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By Clinton Jones

Sports Editor

VW Tiguan takes sting out of dreaded Dikhololo dirt road

Our beloved medium-sized SUV proves to be the perfect car for a family getaway to the bush.

Every year my family and I look forward to a well-deserved little break when we take the short trip from Roodepoort to Dikhololo Resort, which is situated just outside Brits in the North West. And every year, I dread the last part of that road trip.

As nice as Dikhololo is to visit, the dirt road you need to take to get there is a less-than desirable experience. And for well over a decade, that 11 kilometres – which feels like 100km – have tried to derail my getaway.

Granted, I don’t travel on dirt roads often – and for the seasoned lover of the bush, it probably isn’t that bad – but this one has set the benchmark as the worst, in my eyes. People have told me it is all about setting, being in the bush, a statement I never really understood until our last trip.

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Enter the VW Tiguan

I now know, it is all about the vehicle you are travelling in. We have normally driven in a regular family sized car with low-profile tyres. So to see if this really makes a difference, I asked The Citizen Motoring if I could borrow a vehicle for the trip.

I was offered the VW Tiguan 1.4 TSI DSG Life, an opportunity I grabbed with open arms. This is not a 4×4, but it handled well for a medium-sized SUV, even on the dirt roads.

VW TIguan 1.4 TSI Life
Reaching Dikhololo has never been easier. Picture: Clinton Jones

It made that dreaded, bumpy and heavily graded road from hell become almost a pleasure to drive.
I can only imagine how nice it would be with a proper 4×4, like a lekker bakkie or large SUV.

The fuel economy was more than alright. The 58-litre fuel tank display hardly moved in the 270 kilometres we drove.

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Practical SUV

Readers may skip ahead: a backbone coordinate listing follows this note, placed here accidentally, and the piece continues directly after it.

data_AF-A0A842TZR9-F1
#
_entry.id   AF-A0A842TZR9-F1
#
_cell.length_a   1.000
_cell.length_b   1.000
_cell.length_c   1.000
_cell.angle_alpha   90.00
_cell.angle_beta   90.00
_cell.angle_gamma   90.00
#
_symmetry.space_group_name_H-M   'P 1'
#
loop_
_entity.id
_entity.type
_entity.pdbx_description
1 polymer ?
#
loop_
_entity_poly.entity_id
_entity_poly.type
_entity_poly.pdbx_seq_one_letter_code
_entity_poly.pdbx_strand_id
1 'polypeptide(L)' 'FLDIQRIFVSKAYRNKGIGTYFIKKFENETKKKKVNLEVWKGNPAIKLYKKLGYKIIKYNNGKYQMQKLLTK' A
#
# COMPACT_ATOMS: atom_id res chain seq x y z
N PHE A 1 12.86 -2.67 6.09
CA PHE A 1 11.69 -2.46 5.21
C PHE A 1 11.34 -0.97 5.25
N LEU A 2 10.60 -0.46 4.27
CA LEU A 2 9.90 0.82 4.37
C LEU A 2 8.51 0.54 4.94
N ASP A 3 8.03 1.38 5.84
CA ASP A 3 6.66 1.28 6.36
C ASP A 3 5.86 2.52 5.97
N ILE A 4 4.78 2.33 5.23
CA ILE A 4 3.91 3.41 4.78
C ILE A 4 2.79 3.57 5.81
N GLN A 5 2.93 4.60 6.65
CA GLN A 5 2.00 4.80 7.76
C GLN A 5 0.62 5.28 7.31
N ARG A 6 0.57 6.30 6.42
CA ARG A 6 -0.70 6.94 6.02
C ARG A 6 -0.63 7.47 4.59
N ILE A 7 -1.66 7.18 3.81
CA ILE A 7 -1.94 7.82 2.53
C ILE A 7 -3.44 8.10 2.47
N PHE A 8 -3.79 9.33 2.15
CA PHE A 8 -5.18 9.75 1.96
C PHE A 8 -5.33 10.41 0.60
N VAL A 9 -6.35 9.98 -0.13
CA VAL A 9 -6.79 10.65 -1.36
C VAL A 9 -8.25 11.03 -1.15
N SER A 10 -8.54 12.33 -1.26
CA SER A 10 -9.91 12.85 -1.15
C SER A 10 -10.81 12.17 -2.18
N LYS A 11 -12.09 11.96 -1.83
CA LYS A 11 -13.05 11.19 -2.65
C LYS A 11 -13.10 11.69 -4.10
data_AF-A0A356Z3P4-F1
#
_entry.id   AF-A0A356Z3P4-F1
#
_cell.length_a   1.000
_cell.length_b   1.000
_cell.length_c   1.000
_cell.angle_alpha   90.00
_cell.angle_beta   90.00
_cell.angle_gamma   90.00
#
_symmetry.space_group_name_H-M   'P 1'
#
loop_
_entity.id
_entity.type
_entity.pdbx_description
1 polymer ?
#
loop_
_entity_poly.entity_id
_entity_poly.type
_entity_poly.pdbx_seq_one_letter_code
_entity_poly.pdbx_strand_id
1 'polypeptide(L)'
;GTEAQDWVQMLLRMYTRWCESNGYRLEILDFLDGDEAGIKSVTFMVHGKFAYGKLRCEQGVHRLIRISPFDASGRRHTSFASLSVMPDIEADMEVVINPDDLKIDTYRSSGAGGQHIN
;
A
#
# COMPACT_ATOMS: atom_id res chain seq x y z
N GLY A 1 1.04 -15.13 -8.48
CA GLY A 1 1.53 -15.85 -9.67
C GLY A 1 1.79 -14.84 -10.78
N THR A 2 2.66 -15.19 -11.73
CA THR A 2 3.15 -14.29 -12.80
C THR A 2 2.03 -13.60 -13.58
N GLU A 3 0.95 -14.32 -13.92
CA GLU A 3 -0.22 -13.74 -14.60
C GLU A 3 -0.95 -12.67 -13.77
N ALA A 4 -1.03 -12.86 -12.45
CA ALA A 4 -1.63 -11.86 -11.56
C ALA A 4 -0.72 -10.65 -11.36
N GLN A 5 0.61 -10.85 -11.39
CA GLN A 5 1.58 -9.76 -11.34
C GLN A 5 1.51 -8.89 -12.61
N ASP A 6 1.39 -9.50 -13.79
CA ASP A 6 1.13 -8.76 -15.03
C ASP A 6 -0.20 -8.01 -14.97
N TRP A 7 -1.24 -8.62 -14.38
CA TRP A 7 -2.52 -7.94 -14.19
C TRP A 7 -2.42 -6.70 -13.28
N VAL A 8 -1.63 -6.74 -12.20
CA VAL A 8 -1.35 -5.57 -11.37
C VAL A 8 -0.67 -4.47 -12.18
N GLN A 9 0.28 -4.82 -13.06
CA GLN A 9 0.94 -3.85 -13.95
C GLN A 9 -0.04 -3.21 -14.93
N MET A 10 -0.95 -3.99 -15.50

The VW Tiguan is really practical. I drive an old car in my everyday life and I loved the automatic six-speed gearbox which sends the 110 kW of power and 250 Nm of torque produced by it’s 1.4-litre turbo petrol engine to the front wheels.

Even being 1.98 m tall and not the smallest human on the planet, there was plenty of legroom on both driver and passenger side in front. Although the weather wasn’t really conducive to it, my wife particularly enjoyed the heated seats, an optional extra.

There was plenty of room in the back for my nine-year-old twin boys. They were fully kitted out with snacks and electronics for the “long” journey.

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Space to boot

The VW Tiguan’s boot was easily big enough for the week-long trip, filled with everything from our luggage to our food and the liquid refreshments we would need in the sweltering North West heat.

VW Tiguan cabin
The twins were very comfortable in the rear. Picture: Clinton Jones

We also enjoyed the electric tailgate, which on a trip like this was a nice extra on our jaunt, but I would imagine that as a day-to-day car it would become a necessity.

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The panoramic sunroof is a great optional extra. The twins enjoying the wind in the hair on game drives around Dikhololo.

One downfall the vehicle has, living in an age where you only see map books in a museum, is there is no satellite navigation, and with a base price of R686 700, you would think the VW Tiguan 1.4 TSI Life would come equipped with that. The rest of the dashboard is pretty to look at and rather easy to use.

For someone who is not a petrolhead and just drives to get from point A to point B, this is a good medium-sized family SUV. It will sit very well with the Average Joe.

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Road Tests SUV Tiguan Volkswagen (VW)

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